Consumers around the world are looking for natural food products with a simple ingredient list, and that trend has impacted China's instant noodle market. Retailers and manufacturers of the product have been battling consumer concerns over the nutritional value of instant noodles, as well as claims that it could cause heart disease. Even lower income consumers have been losing interest in the noodles, reported China Daily.
A survey by Nielsen found Chinese consumers are willing to pay a higher price for healthy foods that have no artificial flavoring, reported China Daily earlier this year. Chinese consumers like to see fresh, natural and minimally processed claims the most on food products and look for foods made from organic ingredients. They also look for products that will lower disease risk and promote good health.
Sales volumes of instant noodles fell 9.1% year-on-year in the third quarter of 2014, according to Nielsen, and revenues dropped 4.4% percent in that same period. Additionally, 90% of Chinese companies that manufacture the product closed between 2000 and 2010, according to the Chinese Institute of Food Science and Technology.
High-end instant noodles from South Korea are growing in popularity, though, as the country's culture and products become more popular. The Shin Ramyun brand, produced by South Korea-based Nonshim, is already prominent in Chinese retailers and online. Chinese consumers are increasingly looking for high-end products, especially imported from other countries, as their trust for the safety of food produced in China wanes.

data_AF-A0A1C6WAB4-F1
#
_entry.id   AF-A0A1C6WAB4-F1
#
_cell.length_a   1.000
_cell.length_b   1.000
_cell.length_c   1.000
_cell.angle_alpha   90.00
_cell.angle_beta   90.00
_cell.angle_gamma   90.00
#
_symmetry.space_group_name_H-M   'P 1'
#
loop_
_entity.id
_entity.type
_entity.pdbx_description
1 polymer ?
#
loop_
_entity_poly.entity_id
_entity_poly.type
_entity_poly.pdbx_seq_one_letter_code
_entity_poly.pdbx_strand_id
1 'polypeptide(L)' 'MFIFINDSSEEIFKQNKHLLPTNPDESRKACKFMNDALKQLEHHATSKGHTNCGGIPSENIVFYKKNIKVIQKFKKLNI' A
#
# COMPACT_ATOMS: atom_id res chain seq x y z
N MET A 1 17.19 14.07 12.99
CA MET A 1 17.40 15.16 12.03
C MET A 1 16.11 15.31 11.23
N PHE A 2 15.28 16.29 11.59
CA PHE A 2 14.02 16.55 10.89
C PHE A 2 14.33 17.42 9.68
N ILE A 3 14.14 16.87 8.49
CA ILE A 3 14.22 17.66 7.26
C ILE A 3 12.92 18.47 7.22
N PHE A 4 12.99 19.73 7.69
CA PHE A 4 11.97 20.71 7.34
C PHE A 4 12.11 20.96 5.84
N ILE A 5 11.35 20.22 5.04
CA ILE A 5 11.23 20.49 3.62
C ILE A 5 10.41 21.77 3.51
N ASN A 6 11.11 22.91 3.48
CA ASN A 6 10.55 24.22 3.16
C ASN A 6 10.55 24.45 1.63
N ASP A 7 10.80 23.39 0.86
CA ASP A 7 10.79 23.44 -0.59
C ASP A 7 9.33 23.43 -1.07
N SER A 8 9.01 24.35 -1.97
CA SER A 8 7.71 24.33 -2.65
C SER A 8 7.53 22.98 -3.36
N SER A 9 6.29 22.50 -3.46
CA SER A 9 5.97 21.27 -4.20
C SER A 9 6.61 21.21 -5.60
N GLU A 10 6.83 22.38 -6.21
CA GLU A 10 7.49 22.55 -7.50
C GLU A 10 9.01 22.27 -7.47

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Jennette has been with The Food Institute since 2013. As Marketing Director, she is responsible for promoting all Food Institute books, seminars and webinars, as well as writing and editing the Food Institute’s annual publications, such as Food Business Mergers & Acquisitions, The Food Industry Review and The Almanac of the Canning, Freezing, Preserving Industries. Additionally, she writes for and edits the daily news update, Today in Food, and contributes to the weekly Food Institute Report. She has a background in non-profit and environmental marketing, programming and writing, and graduated from Rowan University in 2012 with a degree in Communication Studies.
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